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African industrialization: the AfCFTA as a beacon of hope after 40 years of failure

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A report from FERDI (Foundation for Studies and Research on International Development ) analyses the challenges of industrial development in Africa in the context of the African Continental Free Trade Area (AfCFTA), highlighting the role that such agreement can play in unlocking industrialization in the continent, after more than 40 years of failed attempts by African institutions. The report clarifies that the relevance of Africa industrialization dates back to the 1980s, when at the Conference of Heads of State and government of the Organization of African Unity (now African Union) held in Monrovia (Liberia) in 1979, African leaders proclaimed the period 1980 to 1990 the "Industrial Decade of Africa". Yet, despite more than four decades since this Conference, the contribution of the manufacturing value added of African economies to the global economy still today remains negligible, standing at less than 2%.

This means that the participation of the African manufacturing sector still remains at the bottom of global value chains, as African States make very little industrial transformations to raw materials or commodities of which they are rich. Among the causes of the Africa's slow industrial development, the infrastructure gap (roads, electricity, railways, ports, airports), cumbersome customs procedures (especially at import) which causes long delays in clearance of goods, the lack of political vision, political instability, insecurity, small market size, difficult access to financing by African companies and the low quality of human capital, are indicated as the main ones.

The report, in particular, raises the problems of the inadequate support provided by banks and financial institutions to Africans for investing in productive sectors (an issue that was recently raised also by the WTO) and the fragmentation of rules of origin (ROO), as most of African Regional Economic Communities (RECs) have their ROO that are applicable within geographical areas which often partially coincide with those of other RECs. This creates a framework where sets of ROO differing from each other, overlap, leaving the choice to traders regarding which one to apply (a situation often defined of “origin-shopping”, which also causes confusion among traders, as explained in a recent COMESA/UNCTAD report). ROO are a set of rules and conditions for determining the economic nationality of traded goods. They can serve a variety of purposes, but they are most commonly used in preferential trade agreements to ensure that only eligible products from a member of such agreements benefit from tariff concessions. They thus prevent cases of trade diversion, ensuring that goods produced by non-member countries do not benefit from the preferences offered by the agreement.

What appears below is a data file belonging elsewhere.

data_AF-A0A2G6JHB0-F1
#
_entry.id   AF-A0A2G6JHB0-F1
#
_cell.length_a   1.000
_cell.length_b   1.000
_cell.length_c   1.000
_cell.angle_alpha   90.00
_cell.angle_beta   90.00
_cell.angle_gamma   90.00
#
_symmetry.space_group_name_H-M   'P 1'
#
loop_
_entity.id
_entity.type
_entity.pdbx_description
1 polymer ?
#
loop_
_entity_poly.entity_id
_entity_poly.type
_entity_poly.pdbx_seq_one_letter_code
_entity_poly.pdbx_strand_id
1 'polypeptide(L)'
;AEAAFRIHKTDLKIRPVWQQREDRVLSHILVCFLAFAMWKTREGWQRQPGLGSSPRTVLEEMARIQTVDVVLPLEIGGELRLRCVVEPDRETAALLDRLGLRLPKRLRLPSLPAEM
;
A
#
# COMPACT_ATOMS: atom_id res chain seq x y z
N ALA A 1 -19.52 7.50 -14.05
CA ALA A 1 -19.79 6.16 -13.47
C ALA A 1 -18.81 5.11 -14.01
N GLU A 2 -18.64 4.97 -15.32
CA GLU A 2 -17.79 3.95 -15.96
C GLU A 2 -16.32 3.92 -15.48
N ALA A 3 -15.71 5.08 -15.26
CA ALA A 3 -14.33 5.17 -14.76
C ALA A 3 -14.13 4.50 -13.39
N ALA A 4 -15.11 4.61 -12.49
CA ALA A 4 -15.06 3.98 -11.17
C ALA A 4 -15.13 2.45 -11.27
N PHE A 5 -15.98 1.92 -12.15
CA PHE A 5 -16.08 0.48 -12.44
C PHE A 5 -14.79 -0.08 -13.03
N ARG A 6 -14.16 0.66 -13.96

At regional level, North Africa remains the most advanced African region in terms of industrial development, followed by Southern Africa, Central Africa, West Africa and East Africa. At national level, South Africa is the most industrialized African country, followed by Morocco, Egypt, Tunisia and Mauritius. Conversely, the least industrialized African economies include Gambia, Burundi, Guinea-Bissau, Sierra Leone and the Central African Republic. Such rankings are based on data extracted from the Africa Industrialization Index (AII) of the African Development Bank, a tool aimed at supporting African policymakers in the identification of factors, policies or strategies that can promote industrialization in their respective countries.

The FERDI report also mentions a previous study made in 2019 by PricewaterhouseCoopers (PWC) which pointed out how, between 1985 and 2015, the manufacturing value added has grown strongly, reaching a peak of 19% in 2002 for North Africa, compared with weak growth for sub-Saharan Africa with a peak of 14% (12 years earlier, in 1991). In 2015, the latest data on the contribution of manufacturing value to the continental GDP reached a miserable 11% in sub-Saharan economies, compared with 17% for Maghreb countries. These figures correspond to the findings of the Second Continental report on the implementation of Agenda 2063, that highlighted how Africa missed the target assigned by the Agenda 2063 First Ten-Year Implementation Plan, which was set out at 15% to be achieved by the end of 2021.

An important finding of the report is that in Africa the best-performing countries are not necessarily those with the largest economies, but rather those with the highest manufacturing value added per capita and with a high proportion of manufactured goods destined for export. Therefore, the conclusion is that the creation of added value through manufacturing is more important than the size of the economy. This is the case, for example, of countries such as Djibouti, Benin, Mozambique, Senegal, Ethiopia, Guinea, Rwanda, Tanzania, Ghana and Uganda, all of which moved up five (5) places or more in the rankings of the countries moving up in the industrialization ladder over the period covered (2010-2021).

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